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Wargaming (conflict simulation, consim gaming) is a hobby in which one or more players simulate battles or entire wars.

Wargaming is also used to mean the model or computer simulation of possible scenarios in military planning, also called warfare simulation. See also defense contractors.

Wargaming can also refer to the full-scale rehearsal of military maneuvers as practice for warfare. In this case, the two sides in the simulated battle are typically called "blue" and "orange", to avoid naming a particular adversary.

Table of contents
1 History of wargaming
2 Board wargaming
3 Computerized wargaming
4 Types of military wargaming
5 Notable Wargamers
6 Publishers of wargames
7 Wargames and Wargaming as computer terms
8 External Links

History of wargaming

Modern wargaming grew out of the military need to study warfare and to 'reenact' old battles for learning purposes. The stunning Prussian victory over the French in the Franco-Prussian War (1870-71) is sometimes partly credited to the training of Prussian officers with the Kriegspiel.

The first specific non military wargame club was started in Oxford, England in the 19th century.

H.G. Wells' book Little Wars was an attempt to codify rules for fighting battles with toy soldiers (miniatures), and make them available to the general public.

Wargames have existed for centuries—chess is an ancient example. In fact, one could make a case that all competitive zero-sum games may be considered wargames.

Wargames, like all games, exist in a range of complexities: some are fundamentally simple (so-called "beer-and-pretzel" games), while others (generally in an attempt to increase the 'realism' of the situation) produce rule sets that may encompass a large variety of actions (so-called "monster" games).

One of the main difficulties with wargaming is the level of complexity of rules and record keeping. Extremely detailed wargame rule sets (some of which require hundreds of pages of small print and intensive recordkeeping) generally result in a slow (and for many, less enjoyable) game. Simple rule sets, on the other hand, may not cover events that historically took place in a conflict, forcing the players to invent "house rules" to resolve disputes.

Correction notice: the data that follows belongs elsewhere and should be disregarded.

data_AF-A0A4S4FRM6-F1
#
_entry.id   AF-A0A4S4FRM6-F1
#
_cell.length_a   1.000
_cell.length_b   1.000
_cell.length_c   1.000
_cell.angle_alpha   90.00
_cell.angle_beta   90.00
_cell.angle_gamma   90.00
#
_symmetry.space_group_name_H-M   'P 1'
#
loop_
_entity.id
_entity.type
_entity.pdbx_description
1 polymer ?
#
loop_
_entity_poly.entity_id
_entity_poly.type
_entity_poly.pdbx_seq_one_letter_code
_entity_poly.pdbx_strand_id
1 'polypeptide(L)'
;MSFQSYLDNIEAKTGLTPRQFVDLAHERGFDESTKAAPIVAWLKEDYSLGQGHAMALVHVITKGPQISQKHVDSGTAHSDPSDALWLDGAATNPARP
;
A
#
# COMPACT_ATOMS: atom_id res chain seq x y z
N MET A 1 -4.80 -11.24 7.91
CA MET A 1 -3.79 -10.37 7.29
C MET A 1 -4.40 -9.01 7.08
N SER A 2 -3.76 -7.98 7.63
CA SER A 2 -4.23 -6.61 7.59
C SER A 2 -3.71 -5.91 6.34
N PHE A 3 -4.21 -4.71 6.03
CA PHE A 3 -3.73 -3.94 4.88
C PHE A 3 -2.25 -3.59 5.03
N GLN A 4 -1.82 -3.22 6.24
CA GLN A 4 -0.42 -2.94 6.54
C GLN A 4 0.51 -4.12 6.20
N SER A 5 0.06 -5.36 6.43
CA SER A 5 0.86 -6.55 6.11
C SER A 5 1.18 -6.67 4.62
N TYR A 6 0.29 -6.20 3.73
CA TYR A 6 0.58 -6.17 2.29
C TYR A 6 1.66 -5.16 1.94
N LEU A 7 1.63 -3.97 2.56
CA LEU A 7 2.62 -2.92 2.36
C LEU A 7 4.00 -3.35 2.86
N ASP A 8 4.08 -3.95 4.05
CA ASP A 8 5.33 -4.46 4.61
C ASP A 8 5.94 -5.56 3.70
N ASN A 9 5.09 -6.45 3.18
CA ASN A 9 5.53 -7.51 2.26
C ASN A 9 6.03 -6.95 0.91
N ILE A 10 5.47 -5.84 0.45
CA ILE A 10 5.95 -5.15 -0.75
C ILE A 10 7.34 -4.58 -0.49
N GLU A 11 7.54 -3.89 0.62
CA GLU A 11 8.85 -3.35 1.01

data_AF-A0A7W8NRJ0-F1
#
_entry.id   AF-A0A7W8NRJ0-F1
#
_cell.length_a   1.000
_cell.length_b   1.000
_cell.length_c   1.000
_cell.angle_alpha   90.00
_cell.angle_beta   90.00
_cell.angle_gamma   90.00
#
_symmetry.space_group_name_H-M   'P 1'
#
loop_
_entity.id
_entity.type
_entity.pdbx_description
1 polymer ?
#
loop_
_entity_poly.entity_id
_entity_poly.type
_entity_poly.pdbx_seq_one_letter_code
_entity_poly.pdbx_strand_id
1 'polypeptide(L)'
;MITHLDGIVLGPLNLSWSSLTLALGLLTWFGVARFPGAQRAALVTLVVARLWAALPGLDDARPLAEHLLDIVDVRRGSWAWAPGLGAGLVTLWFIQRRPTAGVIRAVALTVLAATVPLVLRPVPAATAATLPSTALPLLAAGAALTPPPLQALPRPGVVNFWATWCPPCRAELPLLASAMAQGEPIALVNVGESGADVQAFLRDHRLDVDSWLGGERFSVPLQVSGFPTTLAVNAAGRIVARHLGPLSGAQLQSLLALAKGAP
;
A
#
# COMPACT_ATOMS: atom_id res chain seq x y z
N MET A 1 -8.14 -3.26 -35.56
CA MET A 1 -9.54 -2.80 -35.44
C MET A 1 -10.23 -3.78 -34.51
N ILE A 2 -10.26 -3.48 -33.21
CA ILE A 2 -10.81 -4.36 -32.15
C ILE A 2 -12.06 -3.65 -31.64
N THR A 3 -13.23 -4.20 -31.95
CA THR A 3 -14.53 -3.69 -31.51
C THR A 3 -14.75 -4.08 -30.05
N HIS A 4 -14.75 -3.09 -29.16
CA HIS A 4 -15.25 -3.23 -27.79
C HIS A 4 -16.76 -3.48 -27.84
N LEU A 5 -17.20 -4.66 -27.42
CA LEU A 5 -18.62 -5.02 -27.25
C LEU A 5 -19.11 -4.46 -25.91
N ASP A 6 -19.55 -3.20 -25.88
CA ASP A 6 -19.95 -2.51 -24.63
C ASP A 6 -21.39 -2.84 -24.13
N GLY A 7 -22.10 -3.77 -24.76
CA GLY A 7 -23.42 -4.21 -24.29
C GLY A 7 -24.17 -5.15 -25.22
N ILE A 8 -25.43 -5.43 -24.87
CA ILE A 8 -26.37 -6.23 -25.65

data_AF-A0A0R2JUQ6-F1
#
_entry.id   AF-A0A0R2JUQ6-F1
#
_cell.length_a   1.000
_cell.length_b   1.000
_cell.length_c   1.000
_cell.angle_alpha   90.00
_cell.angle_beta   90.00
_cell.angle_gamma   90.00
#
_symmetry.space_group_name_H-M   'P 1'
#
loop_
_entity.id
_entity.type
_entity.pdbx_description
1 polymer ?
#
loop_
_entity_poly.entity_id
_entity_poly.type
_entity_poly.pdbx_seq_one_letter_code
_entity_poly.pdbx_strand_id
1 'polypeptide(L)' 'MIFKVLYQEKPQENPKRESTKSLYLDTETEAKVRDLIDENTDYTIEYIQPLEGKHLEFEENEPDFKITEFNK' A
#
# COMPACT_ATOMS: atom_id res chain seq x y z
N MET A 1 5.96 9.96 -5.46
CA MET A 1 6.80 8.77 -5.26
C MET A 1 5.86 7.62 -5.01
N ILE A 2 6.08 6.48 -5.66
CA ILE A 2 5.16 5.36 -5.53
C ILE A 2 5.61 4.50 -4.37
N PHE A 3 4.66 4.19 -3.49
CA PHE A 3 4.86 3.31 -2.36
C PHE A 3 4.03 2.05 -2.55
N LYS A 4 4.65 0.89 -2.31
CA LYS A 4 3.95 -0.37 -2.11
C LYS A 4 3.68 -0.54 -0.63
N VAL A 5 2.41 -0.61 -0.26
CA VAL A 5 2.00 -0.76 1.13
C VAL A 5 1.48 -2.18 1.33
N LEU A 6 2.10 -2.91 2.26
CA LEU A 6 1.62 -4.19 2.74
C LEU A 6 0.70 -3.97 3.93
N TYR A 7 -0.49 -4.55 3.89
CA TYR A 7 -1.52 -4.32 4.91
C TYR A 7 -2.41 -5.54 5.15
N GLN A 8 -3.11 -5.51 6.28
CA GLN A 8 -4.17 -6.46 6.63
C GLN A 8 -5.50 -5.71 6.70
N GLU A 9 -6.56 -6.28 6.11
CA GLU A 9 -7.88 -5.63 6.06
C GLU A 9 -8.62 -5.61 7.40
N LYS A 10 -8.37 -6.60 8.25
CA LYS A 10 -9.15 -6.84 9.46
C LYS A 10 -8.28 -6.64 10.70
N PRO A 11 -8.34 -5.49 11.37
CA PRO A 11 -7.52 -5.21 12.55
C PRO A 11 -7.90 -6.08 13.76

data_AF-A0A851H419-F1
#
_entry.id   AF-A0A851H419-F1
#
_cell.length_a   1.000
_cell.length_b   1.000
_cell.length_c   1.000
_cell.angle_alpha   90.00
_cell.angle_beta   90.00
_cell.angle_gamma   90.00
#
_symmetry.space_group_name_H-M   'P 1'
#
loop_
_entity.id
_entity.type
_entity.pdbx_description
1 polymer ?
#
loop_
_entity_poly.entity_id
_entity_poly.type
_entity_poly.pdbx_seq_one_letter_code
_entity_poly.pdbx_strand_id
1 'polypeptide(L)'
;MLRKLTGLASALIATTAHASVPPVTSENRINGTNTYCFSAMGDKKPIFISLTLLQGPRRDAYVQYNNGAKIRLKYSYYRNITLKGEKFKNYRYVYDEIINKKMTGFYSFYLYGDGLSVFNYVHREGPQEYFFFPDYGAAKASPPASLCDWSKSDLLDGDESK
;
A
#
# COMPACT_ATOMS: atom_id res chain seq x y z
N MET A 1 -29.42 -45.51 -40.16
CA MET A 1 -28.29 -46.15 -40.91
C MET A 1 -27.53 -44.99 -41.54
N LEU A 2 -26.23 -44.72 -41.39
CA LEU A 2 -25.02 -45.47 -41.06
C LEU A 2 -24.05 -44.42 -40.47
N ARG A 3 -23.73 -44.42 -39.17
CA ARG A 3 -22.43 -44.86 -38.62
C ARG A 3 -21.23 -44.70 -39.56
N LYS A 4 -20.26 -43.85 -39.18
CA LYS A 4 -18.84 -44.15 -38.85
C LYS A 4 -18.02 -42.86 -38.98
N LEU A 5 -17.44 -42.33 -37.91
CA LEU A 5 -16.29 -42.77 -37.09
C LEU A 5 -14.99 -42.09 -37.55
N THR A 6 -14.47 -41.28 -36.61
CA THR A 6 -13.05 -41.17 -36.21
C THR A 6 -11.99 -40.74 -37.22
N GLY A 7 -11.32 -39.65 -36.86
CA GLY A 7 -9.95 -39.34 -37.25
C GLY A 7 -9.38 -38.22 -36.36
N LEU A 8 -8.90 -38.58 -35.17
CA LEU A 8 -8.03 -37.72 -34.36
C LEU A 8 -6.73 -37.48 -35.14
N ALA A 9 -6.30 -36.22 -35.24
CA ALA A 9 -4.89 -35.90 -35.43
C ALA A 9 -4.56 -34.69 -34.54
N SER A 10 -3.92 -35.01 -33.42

Board wargaming

A typical non-computerized wargame (Kriegspiel) consists of the following components: Board wargames typically use cardboard counters to represent the units, and a printed mapboard as the playing surface. Miniatures games typically use miniature plastic or metal models for the units and model scenery placed on a tabletop or floor as a playing surface. Games with miniatures are often called Table-top games. Computer wargames may take either approach and display the units and scenery on the monitor screen.

Computerized wargaming

Computerized wargames have several distinct advantages over paper and pencil wargames: Disadvantages of computerized wargames: Traditional wargaming differs from so-called real-time strategy computer games in that traditional wargames are generally turn-based (an obvious exception being 'in-the-field' wargaming by military organizations). Traditional wargames focus on the ability to analyze in-depth, plan to achieve a goal, and adjust plans to changing circumstances. Real-time strategy games (which might better be called vastly-speeded-up-time strategy games) focus more on reflexes, coordination, and the ability to make snap decisions with limited information. Also, real-time strategy games require less sophisticated artificial intelligence on the part of computer players.

Computer wargames are often played against human opponents via e-mail (by exchanging save-game files) to provide the human interaction and a more interesting opponent than that of the program. This has the disadvantage of taking much longer to finish the game, depending upon how often the players check their e-mail. It is still much quicker (and easier) than the older method of playing board wargames by postal mail. A faster alternative (not available with all games) is playing over a direct connection, either LAN, modem or Internet.

Types of military wargaming

Usually, military wargaming can be broken down based on what technology is available to the 'armies' involved, what military era or war the 'army' is from, and the scale of the conflict.

All periods of history have their wargaming enthusiasts. Games are generally by these periods:


Notable Wargamers

Publishers of wargames

Wargames and Wargaming as computer terms

Another common use of the term "Wargame" is among the
Hacker community (specifically White-hats), referring to a server that is set up specifically for the purpose of being hacked into. This allows the hacker to have a server to hack into, without the need to worry about the legal issues, as the owner is knowingly allowing this to happen.

External Links